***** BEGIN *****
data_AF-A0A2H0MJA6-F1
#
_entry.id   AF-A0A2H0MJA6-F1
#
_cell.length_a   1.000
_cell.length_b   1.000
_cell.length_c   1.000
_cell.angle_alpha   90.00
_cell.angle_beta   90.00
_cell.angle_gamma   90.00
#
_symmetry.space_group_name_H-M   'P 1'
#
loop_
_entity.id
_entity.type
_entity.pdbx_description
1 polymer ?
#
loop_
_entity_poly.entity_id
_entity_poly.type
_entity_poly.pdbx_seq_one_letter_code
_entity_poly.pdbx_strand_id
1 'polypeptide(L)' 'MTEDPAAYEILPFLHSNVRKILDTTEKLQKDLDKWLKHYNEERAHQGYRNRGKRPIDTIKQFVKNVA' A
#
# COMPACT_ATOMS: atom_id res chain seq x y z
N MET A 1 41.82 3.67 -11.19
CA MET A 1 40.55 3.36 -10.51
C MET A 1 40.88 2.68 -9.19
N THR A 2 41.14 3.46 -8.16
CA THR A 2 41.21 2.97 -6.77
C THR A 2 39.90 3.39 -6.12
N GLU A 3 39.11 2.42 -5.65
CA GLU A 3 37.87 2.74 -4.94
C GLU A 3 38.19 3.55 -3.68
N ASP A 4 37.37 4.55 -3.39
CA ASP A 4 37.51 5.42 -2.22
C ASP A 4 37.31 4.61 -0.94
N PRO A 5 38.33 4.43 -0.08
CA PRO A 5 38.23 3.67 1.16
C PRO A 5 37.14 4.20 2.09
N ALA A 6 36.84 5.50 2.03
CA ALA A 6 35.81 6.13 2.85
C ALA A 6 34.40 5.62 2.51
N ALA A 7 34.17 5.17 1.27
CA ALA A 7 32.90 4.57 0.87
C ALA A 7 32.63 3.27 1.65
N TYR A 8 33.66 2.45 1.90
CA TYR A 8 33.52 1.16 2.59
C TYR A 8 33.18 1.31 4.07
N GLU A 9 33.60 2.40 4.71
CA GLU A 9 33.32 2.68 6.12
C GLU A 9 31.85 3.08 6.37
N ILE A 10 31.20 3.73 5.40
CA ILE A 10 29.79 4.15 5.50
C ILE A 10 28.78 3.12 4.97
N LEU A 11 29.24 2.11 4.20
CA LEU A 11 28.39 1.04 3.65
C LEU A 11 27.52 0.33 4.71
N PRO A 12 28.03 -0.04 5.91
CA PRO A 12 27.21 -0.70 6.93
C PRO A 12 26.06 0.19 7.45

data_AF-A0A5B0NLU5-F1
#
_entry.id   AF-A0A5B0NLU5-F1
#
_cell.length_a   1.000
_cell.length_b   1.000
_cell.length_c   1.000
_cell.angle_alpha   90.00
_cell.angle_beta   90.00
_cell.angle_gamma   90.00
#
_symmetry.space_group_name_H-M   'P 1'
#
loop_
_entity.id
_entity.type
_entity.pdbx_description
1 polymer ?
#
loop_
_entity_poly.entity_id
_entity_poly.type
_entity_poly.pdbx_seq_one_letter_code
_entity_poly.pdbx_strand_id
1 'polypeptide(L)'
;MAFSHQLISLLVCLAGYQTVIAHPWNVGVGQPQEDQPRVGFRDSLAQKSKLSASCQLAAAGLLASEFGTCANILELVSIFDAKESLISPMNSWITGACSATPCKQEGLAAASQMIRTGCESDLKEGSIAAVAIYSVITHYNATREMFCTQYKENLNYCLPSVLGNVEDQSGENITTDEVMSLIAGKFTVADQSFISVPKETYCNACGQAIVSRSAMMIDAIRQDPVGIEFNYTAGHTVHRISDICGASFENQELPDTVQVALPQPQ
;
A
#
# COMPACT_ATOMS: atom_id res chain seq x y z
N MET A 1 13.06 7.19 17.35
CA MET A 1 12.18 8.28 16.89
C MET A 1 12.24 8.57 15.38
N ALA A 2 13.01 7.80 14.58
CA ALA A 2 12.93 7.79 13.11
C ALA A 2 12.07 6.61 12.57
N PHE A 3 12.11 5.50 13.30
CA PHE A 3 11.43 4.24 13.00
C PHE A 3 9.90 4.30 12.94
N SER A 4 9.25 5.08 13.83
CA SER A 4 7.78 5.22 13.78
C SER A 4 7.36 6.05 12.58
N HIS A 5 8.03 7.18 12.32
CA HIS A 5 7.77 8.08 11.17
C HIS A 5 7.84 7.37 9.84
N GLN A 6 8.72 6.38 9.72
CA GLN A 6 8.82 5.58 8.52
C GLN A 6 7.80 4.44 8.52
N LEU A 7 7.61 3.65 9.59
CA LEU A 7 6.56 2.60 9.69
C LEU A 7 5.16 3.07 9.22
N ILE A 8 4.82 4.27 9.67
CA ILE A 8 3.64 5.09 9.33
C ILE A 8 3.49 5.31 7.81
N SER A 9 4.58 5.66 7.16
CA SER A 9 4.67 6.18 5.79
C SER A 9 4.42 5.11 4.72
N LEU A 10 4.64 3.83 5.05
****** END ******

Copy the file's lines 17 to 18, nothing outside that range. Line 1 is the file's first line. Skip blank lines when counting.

_entity.pdbx_description
1 polymer ?